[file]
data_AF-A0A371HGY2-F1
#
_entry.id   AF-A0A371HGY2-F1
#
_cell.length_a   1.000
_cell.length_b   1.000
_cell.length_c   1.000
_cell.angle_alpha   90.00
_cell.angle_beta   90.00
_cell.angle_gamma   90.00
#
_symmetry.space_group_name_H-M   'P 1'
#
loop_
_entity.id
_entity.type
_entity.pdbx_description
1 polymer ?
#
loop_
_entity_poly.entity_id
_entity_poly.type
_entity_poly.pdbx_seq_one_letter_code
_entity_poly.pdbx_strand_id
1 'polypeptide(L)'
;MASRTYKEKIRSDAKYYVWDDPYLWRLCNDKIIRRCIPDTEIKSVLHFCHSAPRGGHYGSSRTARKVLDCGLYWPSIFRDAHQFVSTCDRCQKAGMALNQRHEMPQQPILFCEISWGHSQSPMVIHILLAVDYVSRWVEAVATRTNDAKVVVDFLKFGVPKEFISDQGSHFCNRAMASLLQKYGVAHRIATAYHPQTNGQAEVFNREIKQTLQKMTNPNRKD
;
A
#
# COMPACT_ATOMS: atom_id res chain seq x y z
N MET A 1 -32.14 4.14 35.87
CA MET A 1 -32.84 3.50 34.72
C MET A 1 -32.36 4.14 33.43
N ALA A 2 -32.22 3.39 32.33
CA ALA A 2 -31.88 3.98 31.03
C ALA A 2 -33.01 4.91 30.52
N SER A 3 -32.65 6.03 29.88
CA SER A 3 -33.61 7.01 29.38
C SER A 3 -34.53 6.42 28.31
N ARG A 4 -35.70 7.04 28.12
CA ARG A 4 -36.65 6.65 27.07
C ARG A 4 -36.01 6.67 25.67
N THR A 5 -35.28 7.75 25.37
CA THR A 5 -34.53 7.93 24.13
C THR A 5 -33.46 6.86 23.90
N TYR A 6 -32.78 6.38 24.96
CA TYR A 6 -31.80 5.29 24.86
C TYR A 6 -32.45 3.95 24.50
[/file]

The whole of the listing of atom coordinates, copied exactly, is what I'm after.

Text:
data_AF-A0A371HGY2-F1
#
_entry.id   AF-A0A371HGY2-F1
#
_cell.length_a   1.000
_cell.length_b   1.000
_cell.length_c   1.000
_cell.angle_alpha   90.00
_cell.angle_beta   90.00
_cell.angle_gamma   90.00
#
_symmetry.space_group_name_H-M   'P 1'
#
loop_
_entity.id
_entity.type
_entity.pdbx_description
1 polymer ?
#
loop_
_entity_poly.entity_id
_entity_poly.type
_entity_poly.pdbx_seq_one_letter_code
_entity_poly.pdbx_strand_id
1 'polypeptide(L)'
;MASRTYKEKIRSDAKYYVWDDPYLWRLCNDKIIRRCIPDTEIKSVLHFCHSAPRGGHYGSSRTARKVLDCGLYWPSIFRDAHQFVSTCDRCQKAGMALNQRHEMPQQPILFCEISWGHSQSPMVIHILLAVDYVSRWVEAVATRTNDAKVVVDFLKFGVPKEFISDQGSHFCNRAMASLLQKYGVAHRIATAYHPQTNGQAEVFNREIKQTLQKMTNPNRKD
;
A
#
# COMPACT_ATOMS: atom_id res chain seq x y z
N MET A 1 -32.14 4.14 35.87
CA MET A 1 -32.84 3.50 34.72
C MET A 1 -32.36 4.14 33.43
N ALA A 2 -32.22 3.39 32.33
CA ALA A 2 -31.88 3.98 31.03
C ALA A 2 -33.01 4.91 30.52
N SER A 3 -32.65 6.03 29.88
CA SER A 3 -33.61 7.01 29.38
C SER A 3 -34.53 6.42 28.31
N ARG A 4 -35.70 7.04 28.12
CA ARG A 4 -36.65 6.65 27.07
C ARG A 4 -36.01 6.67 25.67
N THR A 5 -35.28 7.75 25.37
CA THR A 5 -34.53 7.93 24.13
C THR A 5 -33.46 6.86 23.90
N TYR A 6 -32.78 6.38 24.96
CA TYR A 6 -31.80 5.29 24.86
C TYR A 6 -32.45 3.95 24.50